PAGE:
• Meal allowance up to EUR 4.27 in cash or EUR 6.83 in lunch vouchers per day
  • Daily allowance for business travel up to EUR 50.50 within Portugal or EUR 89.35 abroad 
  • Travel expenses, variable depending on means of transport and number of employees travelling. 

Portuguese income tax benefits for expats

In order to attract investment, Portugal offers favourable tax arrangements to expats looking to relocate to Portugal or retire in Portugal.  

The Non-Habitual Resident (NHR) tax code offers a range of preferential tax rates and exemptions in Portugal. Those granted NHR status are given a tax exemption in Portugal on all forms of taxable income (employment, business, investment, rental, capital gains and pension) that they receive from abroad. Income obtained from inside Portugal is taxed at a flat rate of 20 percent. This special status is granted for 10 years.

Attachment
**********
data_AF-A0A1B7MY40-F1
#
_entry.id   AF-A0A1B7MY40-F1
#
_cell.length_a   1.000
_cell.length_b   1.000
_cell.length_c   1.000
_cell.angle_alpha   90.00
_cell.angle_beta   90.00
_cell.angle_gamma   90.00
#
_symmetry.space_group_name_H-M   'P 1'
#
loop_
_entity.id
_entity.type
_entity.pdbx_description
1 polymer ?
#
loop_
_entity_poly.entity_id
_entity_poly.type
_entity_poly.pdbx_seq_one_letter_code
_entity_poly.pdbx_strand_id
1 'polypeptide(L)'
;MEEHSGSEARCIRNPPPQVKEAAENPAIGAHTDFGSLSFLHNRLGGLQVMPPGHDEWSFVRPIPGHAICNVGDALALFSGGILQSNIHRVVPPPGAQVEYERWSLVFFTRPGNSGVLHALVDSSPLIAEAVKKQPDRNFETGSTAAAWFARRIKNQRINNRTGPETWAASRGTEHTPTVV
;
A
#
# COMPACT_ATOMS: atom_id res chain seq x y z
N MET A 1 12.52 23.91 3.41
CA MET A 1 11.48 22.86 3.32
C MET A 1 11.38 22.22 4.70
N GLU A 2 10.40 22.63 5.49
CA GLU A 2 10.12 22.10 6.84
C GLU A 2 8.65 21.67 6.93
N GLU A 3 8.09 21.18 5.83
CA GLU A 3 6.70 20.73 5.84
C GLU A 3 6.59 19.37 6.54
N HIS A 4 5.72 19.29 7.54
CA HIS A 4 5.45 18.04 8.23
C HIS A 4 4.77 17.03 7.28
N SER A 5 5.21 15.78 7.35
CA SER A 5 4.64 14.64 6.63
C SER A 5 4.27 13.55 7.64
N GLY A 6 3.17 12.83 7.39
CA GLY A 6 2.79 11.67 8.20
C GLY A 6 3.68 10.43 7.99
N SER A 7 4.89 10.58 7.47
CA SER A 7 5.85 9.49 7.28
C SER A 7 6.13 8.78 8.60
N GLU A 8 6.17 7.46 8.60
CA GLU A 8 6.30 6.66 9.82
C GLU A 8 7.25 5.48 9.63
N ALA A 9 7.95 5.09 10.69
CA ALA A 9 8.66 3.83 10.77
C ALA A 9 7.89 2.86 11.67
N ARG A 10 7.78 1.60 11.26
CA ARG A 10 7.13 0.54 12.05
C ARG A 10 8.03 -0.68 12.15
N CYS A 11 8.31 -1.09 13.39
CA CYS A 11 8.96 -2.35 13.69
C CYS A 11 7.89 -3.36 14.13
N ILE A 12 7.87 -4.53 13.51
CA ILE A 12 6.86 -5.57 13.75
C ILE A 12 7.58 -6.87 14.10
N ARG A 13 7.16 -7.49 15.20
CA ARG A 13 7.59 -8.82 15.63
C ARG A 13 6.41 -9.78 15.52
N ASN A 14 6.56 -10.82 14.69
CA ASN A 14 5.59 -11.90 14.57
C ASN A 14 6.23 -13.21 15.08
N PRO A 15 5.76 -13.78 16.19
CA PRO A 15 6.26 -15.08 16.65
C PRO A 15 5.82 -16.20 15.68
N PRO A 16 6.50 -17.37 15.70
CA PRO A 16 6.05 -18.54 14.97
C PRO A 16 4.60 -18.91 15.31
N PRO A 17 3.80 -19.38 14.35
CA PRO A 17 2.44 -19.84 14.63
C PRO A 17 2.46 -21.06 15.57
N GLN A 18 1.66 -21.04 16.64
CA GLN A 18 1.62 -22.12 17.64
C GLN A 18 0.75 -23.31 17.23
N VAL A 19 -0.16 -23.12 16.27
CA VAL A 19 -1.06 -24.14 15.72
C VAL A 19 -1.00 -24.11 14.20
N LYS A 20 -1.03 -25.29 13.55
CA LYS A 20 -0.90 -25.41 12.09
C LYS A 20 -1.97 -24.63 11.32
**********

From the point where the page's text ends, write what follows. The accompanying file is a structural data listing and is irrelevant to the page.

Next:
To be a part of the NHR programme, expats must apply online at the Portuguese government's Portal das Finanças website by 31 March of every year. They must also fulfill the requirements outlined in the Portuguese tax authority's NHR brochure here.

Certain professions such as architects, engineers, doctors, university professors, auditors and tax consultants may also be eligible for a favoured tax status. It is always advised to seek professional advice to understand the tax implications.

Portugal also has tax treaties with all EU countries as well as a number of countries outside of the EU to prevent double taxation. A full list is available here, along with full details of the arrangements with each country (in Portuguese). A 2003 EU directive regarding taxation of interest on savings income moved between one member state to another can also help expats ensure that they are fairly taxed.